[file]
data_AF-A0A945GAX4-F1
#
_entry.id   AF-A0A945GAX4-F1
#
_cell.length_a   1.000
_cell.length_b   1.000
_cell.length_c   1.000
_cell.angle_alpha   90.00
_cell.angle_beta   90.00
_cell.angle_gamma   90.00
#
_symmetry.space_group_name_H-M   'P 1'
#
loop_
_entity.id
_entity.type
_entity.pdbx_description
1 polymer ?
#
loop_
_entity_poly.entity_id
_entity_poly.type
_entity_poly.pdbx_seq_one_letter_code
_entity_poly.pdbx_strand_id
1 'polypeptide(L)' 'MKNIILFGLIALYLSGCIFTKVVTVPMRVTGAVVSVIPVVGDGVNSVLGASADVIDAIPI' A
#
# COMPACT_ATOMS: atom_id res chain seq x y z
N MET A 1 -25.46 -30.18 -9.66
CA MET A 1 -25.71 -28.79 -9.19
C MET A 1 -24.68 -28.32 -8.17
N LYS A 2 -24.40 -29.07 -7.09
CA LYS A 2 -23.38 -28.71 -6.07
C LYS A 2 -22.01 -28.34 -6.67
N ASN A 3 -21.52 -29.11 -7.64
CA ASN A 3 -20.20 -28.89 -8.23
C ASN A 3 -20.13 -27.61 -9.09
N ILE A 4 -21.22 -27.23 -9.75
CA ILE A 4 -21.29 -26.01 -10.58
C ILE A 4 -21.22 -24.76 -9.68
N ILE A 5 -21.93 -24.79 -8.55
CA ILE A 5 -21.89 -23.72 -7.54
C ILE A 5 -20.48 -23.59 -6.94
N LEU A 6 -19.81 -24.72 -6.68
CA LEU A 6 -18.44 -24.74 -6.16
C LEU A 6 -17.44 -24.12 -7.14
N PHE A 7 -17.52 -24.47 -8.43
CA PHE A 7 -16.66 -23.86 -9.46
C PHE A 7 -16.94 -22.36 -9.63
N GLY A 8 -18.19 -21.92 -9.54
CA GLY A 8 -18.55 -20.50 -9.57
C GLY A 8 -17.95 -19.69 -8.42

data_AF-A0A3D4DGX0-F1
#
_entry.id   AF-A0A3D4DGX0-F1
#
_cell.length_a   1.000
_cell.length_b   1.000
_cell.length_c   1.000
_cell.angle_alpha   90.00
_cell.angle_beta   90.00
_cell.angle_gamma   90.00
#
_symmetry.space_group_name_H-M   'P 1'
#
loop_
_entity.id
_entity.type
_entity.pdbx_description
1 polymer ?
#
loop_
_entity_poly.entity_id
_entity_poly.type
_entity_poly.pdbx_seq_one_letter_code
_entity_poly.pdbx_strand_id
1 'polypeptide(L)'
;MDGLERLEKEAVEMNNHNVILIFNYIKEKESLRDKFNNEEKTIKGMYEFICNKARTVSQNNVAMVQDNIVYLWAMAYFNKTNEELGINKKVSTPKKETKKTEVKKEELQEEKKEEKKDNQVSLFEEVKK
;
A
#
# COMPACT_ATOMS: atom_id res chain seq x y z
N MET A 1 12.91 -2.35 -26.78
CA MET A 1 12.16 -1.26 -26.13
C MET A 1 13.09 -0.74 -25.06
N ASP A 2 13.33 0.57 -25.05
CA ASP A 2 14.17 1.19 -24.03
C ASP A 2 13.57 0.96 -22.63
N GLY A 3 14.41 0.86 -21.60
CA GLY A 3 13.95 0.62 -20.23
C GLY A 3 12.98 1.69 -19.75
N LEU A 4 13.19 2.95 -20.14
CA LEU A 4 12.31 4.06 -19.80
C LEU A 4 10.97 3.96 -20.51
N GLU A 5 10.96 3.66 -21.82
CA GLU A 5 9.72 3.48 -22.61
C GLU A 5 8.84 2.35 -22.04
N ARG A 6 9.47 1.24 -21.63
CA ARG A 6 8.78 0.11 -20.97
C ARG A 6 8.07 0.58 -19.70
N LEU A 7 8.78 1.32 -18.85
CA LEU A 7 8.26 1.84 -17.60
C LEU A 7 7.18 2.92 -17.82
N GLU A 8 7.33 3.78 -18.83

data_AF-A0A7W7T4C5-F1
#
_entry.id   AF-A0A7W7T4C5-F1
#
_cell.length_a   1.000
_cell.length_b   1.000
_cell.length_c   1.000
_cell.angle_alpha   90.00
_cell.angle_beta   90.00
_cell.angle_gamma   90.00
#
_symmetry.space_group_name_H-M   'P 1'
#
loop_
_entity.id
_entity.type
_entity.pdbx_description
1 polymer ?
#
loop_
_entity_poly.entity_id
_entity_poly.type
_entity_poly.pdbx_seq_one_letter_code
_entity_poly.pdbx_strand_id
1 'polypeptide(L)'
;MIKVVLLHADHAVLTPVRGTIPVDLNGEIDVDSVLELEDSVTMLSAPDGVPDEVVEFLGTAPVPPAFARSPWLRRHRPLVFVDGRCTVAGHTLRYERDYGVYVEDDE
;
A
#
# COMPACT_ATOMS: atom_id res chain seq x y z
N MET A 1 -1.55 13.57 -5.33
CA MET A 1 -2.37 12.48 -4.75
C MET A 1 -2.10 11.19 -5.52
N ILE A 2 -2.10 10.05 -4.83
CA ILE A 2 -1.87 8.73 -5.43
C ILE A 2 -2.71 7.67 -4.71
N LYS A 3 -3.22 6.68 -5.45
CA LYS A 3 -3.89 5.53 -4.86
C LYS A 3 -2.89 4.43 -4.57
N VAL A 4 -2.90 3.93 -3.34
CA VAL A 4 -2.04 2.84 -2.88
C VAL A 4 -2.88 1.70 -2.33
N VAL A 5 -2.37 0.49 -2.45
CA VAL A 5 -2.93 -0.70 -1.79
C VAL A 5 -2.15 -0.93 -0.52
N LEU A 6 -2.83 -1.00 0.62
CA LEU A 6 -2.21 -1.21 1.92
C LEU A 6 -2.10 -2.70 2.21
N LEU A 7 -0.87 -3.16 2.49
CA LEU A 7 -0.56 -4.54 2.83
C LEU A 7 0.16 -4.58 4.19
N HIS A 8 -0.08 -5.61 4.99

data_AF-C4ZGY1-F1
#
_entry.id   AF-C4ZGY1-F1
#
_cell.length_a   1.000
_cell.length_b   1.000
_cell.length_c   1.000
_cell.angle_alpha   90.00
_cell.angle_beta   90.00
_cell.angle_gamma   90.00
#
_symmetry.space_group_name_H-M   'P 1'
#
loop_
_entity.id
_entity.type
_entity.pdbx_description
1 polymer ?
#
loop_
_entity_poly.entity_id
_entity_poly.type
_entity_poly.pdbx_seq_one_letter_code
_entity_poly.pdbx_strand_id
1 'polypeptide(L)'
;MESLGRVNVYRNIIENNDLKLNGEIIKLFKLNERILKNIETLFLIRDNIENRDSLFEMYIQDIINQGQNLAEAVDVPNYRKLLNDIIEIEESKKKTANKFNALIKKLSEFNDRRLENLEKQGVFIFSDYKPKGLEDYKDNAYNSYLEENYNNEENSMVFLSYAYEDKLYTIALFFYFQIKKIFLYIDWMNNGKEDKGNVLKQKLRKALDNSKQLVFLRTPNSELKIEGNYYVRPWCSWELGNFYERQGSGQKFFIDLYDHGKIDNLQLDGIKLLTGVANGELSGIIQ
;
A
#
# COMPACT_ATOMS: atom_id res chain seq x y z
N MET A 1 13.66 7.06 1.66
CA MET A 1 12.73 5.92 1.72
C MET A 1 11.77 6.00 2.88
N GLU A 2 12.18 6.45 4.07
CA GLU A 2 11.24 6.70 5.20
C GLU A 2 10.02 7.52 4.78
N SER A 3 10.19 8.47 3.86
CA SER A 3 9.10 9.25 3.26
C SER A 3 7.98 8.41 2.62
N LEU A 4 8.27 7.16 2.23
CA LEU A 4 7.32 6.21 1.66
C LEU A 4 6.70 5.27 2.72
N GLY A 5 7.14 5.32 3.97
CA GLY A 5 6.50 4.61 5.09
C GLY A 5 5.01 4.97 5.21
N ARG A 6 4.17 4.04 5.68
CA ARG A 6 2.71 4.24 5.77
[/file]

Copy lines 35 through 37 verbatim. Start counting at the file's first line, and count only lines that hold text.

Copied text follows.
CA ASN A 3 -20.20 -28.89 -8.23
C ASN A 3 -20.13 -27.61 -9.09
N ILE A 4 -21.22 -27.23 -9.75